by Orion Holcomb
Title: Tsar Rising
Publisher: Monkeygod Enterprises
Written by Michael Tresca
Illustrated by William O'Connor, Theodor Black, and John Moniz
b & w, 60 pages
Tsar Rising is a d20 module intended for characters of eighth to ninth
level. Set in the land of Torassia (basically fantasy Russia), the party is
first hired to find a missing caravan, but instead find a man claiming to be the
Tsar's right hand man and commander. This is actually the Tsar in disguise, the
lone survivor of an assault upon a small advancing army of undead, which he
himself led. The "commander" asks them to escort him back to the capital city in
return for a handsome reward. Unfortunately, believing the Tsar to be dead, his
sons and advisors have already begun to feud over the throne.
One of the Tsar's advisors is actually a "devil," and the real villain of Tsar
Rising. The creature was summoned as a result of the Tsar's recent push to convert the
people away from their pagan ways. Further, the people of Torassia are no longer
as fond of the Tsar after taxes were increased to pay for a company of woolly
mammoth warbeasts! The plot is, of course, more complicated, but not by much.
The presence of the "devil" has caused many powerful wild beasts to wander in
toward the civilized lands. This seems to be little more than an excuse for the party to whet their
bloodthirsty appetite. There are eight new monsters, many of which are
intelligent and could provide for interesting interactions, both in terms of combat and
role-playing. But most of them are random encounters, and given no personality or
background. Unfortunately most of them are just
random encounters, with no personality or background and are just thrown at the
party for some hack 'n' slash. It seems like a case where bigger and bigger
monsters have to be thrown at the more experienced party just to give them a
Yet not all of the scenario is like this. The Tsar himself provides some
intelligent role-playing, as the characters will find that his story has more
and more holes in it as they travel together. In addition, several of the people
they meet along the way make for interesting character interactions and the
villain's last battle is well documented and thought out. However, the entire
story is very rigid and depends on the PCs' willingness to follow the requests of
the unpopular Tsar.
The writer uses many Russian names for things, especially monsters and this
definitely helps give Tsar Rising a strong Russian flavor, which is good.
However, there is no quick reference for these Russian names, so a lot of page
turning is required to explain a word that you have forgotten. ("What the heck
are kainkutho again? Oh, a type of bear.") Overall, the adventure is poorly
organized -- the back cover could have been used to list the glossary, for
example. More turning of pages is required for the planned encounters, since both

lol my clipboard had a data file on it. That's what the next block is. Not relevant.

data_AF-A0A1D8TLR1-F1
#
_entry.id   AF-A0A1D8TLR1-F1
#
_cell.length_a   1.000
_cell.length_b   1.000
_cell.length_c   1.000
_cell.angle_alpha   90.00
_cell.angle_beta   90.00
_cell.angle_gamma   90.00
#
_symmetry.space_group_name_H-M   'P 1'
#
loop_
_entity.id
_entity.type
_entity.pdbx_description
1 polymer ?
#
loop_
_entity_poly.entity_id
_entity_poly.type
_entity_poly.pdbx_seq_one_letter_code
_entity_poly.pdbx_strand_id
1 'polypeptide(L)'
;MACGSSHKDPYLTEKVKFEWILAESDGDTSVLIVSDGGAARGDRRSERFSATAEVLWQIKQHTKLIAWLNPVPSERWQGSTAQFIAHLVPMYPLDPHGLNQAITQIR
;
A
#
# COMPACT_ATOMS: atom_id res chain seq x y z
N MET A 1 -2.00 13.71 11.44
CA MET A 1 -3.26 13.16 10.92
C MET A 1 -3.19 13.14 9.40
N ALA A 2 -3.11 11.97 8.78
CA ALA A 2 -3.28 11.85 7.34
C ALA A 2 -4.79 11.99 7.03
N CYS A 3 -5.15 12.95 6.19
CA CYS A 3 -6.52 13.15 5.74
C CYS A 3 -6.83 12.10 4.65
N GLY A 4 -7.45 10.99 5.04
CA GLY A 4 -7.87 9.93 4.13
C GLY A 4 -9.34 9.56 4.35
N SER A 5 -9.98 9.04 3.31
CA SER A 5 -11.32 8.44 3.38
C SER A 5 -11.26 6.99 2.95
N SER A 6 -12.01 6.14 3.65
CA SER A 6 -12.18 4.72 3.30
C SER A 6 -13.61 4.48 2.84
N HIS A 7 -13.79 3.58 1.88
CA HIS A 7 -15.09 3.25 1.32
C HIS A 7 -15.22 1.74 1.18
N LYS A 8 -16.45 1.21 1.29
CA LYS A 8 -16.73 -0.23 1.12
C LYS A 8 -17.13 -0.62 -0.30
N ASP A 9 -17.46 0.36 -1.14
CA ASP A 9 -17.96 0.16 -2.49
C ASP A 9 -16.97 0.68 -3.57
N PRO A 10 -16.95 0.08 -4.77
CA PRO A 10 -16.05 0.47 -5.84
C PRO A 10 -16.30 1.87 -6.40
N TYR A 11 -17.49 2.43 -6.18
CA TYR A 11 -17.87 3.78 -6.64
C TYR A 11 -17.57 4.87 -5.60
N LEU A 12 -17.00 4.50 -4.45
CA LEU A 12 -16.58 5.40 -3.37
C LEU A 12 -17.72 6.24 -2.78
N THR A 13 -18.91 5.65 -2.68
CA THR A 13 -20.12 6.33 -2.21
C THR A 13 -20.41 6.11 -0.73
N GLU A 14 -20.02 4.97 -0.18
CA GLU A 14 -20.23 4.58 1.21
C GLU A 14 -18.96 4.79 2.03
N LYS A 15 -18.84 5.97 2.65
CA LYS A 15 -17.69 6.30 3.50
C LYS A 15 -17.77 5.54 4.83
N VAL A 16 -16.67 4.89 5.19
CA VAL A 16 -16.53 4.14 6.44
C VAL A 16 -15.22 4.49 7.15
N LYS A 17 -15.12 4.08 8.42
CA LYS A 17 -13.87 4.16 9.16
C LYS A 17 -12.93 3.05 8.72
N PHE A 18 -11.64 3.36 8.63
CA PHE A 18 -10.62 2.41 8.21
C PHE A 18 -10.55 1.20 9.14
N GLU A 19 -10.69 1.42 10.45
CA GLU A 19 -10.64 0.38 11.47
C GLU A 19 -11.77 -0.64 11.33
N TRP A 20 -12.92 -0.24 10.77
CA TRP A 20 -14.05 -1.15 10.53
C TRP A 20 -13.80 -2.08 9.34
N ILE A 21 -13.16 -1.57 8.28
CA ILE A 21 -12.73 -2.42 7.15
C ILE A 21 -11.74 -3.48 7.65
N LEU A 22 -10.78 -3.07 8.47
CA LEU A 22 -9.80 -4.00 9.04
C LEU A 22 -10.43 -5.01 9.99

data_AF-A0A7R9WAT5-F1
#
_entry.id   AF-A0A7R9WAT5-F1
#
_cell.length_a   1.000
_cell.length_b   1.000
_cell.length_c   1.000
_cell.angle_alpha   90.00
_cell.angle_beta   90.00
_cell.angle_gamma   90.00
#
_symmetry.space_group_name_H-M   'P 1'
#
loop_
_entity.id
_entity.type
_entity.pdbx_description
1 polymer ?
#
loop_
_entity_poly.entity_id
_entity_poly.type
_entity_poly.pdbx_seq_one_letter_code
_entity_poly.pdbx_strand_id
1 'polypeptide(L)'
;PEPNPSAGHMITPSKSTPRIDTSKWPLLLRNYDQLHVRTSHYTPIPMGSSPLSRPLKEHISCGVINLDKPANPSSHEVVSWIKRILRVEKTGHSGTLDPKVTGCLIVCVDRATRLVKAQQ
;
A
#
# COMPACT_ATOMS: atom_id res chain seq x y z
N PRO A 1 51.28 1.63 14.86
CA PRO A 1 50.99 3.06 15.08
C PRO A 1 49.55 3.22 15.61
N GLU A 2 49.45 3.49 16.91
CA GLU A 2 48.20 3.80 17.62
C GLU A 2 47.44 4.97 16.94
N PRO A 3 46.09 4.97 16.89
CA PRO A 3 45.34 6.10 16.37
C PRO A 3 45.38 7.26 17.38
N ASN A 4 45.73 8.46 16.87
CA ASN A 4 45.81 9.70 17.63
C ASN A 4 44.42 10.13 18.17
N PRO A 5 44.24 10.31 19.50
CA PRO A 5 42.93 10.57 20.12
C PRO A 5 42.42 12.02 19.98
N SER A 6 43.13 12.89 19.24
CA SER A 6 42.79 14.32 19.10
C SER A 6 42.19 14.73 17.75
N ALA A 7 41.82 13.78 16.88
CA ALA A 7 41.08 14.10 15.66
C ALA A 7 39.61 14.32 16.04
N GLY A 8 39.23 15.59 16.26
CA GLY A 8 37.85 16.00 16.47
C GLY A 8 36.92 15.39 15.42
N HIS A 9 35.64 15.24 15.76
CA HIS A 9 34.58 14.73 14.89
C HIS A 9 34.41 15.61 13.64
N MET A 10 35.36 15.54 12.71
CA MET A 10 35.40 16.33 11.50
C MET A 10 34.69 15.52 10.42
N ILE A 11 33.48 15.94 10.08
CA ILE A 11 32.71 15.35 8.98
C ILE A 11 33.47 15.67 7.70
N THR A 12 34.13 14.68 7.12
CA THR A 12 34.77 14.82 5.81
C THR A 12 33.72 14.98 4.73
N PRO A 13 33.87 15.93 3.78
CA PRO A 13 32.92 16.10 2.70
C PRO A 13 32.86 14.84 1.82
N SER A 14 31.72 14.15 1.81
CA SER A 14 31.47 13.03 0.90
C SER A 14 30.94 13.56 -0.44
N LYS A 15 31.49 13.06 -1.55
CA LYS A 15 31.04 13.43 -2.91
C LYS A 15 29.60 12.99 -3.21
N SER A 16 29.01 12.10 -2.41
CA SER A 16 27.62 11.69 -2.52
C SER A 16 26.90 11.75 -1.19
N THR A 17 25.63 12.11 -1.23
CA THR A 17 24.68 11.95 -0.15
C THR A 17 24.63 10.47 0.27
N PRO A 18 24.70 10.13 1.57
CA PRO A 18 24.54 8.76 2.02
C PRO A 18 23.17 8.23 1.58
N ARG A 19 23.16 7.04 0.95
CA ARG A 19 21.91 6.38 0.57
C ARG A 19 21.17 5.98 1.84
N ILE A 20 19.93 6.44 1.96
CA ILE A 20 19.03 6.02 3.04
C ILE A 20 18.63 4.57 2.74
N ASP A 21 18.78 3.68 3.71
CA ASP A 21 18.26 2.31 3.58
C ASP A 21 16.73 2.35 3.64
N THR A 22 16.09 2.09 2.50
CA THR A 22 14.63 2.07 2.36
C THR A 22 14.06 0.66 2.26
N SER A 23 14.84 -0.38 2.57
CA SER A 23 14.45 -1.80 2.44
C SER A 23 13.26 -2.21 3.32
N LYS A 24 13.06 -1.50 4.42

monster and NPC statistics are all at the back of the book and not where the
characters meet them. To add to the confusion, there are four sets of statistics
in the appendix: one for NPCs, one for NPCs from a specific town, another for
the monsters, and the last for the new monsters. The DM needs to be very familiar
with the adventure before running it as Tsar Rising is not something that could
be picked up, quickly scanned through and then played.
Both artwork and maps are decent, although the town maps do lack a scale, and the
layout and organization is good except for the problems mentioned above. I
discovered that the cover is almost indestructible after accidentally folding a
corner over, only to find that it didn't even leave a crease, and returned to its
normal shape. The front cover actually depicts a scene where apparent player
characters are fighting people mounted on a wooly mammoth. Unfortunately, this
never happens in the story, but oh well!
There are ten new magic items, new weapons, and some other good optional rules.
Firearms are included in the module, but are not essential to the plot, so they
can easily be ignored. Some of the new weapons and magic items are interesting.
Many help add to the Russian flavor, but for the most part they are not needed
and do not really improve the quality of the module.
Much of the story depends greatly on the supernatural and the existence of beings
from other planes. Tsar Rising may fit easily into some existing campaigns, but
not many. In addition, some parts are left rather vague. What happened to the undead
army and where is it while the adventure proceeds? What about the villain devil?
Some clues can be found in certain places as to the events taking place, but
these "rumors" are just as vague and need more of an explanation. Readers aren't even told
if the rumors are true or false.
The player characters seem rather limited in their
options, with little chance of discovering the true threat to the land (the
"devil"), and can only restore the Tsar to power, whom we are told at the end is
greatly changed as a result of these events and is a much better
ruler for it. So what is the point of Tsar Rising? If I was caught up in the
adventure, my inclination would be to go after the undead army. Certainly eighth
to ninth level characters would have no trouble stopping the skeletons, even if
they were being led by a devil. Restoring a Tsar to power is certainly cool and
all, but the plot to Tsar Rising is full of holes, unknowns, and unexplored potential.
Overall, the module has a nice Russian theme. Nice for the GM to practice a
Russian accent. But it also has a rigid plot full of holes, and foes who are
stupid battle fodder for the most part. I would tend not to recommend it, mainly
because of the $13.95 price tag. I realize it becomes more difficult to write
modules for higher level characters, but there must be better adventures out
there than this one!